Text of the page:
In those days, when aviation began with military and propeller aircraft, there used to be a single pilot within the aircraft. However, nowadays, large aircraft use twin engines or quad engines; even the six-engine aircraft is present in the world. So the aircraft has about two pilots in a typical short-haul flight, but in the case of any Extra Long Haul flight, there may be three pilots, and in the Antonov aircraft, there may be 3 or 4 pilots and even flight engineers in the cockpit. However, in every plane, the captain sits on the left side, which raises questions of why the captain never sits on the right side?
After World War I, most aircraft had left-turned rotary engines since they followed the engine torque. It was also easier to turn left than to turn right. As a result, the pilots considered the left turn to be a more convenient maneuver, and thus the more experienced pilot began to sit on the left.
There is no slipstream impact in most modern jets. Nevertheless, there are other advantages of sitting on the left. According to the International Civil Aviation Organization (ICAO), all pilots shall proceed to the right in the event of a possible head-on collision. In this situation, the captain pilot is given a better view of the other aircraft. This lets the captain pilot control the aircraft in order to prevent a collision. Thus, the captain pilots are seated on the left side of the cockpit. However, this is not always accurate. Take the example of a student pilot. Student pilots are not the captain in charge, but they always sit on the left seat. Furthermore, the instructors are seated on the right.
The captain pilot, sitting on the left side of the cabin, has one more advantage. Aircraft taxiing is operated so that the aircraft door is just in front of the airport terminal. Passengers board inside the airplanes from the left side of the aircraft at most airports. Therefore the captain pilot gets a better view of the terminal building. This allows the captain pilot from the terminal building to take a clearer view of the wingtip clearance. This means the aircraft’s wings do not touch the terminal of the airport.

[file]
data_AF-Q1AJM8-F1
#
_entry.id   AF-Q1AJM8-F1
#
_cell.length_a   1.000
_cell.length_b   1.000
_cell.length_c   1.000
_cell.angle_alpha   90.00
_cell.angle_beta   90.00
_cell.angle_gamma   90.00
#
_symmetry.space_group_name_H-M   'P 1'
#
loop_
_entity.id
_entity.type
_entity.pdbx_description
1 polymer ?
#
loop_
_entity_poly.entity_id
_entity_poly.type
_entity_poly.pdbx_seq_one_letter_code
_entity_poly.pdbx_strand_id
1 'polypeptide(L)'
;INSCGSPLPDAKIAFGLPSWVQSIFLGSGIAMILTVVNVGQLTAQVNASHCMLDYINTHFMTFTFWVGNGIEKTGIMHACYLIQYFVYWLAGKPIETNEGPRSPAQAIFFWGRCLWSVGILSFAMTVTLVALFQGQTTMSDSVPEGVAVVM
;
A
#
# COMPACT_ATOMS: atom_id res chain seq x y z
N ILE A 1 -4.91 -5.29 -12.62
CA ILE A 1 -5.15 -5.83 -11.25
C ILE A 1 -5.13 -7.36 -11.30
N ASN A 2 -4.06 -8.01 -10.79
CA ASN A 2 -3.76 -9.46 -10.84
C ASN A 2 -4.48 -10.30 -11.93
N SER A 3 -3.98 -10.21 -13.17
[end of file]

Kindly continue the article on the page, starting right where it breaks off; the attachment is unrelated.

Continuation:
There are also some conspiracies because the cavalryman hangs their sword on their left hand; they must climb their horse from the left to avoid getting feet tangled. The first pilots also came from the cavalry officers’ ranks and boarded his aircraft from the left side, which was natural. The other one was since the flight was born in the United States, they adapted the driving of the left hand. Maybe left-handed or it, the Wright brothers wanted you to control the throttle with your more substantial hand.
However, in the case of a helicopter, the captain pilot sits on the right. So why is it?
Igor Sikorsky designed the world’s first mass-produced helicopter; the R-4 weight was a serious problem. The R-4 was supposed to be a trainer, but it was so underpowered that Sikorsky searched for some future savings, so Igor and his engineers agreed to let the instructor and the student share a single collective. The only place to put it there was in the middle of the two seats. Given the coordination and strength needed to control the R-4 cyclic for some time, the student often flew from the right.
Buttons, radios, instrument knobs, rotor brakes, or clutches are typically placed on the center console in a side-by-side crew configuration. The cyclic is situated so that the pilot must use his right hand to control it, leaving the left hand to control the collective lever. So in flight, it is better to let the collective lever go so that you can press the button in the center console. This is way easier to do when sitting in the right seat because if the pilot were in the left seat, he would have to get over to the center console.
These are why the aircraft captain pilot sits on the left side, and the helicopter captain pilot sits on the right side.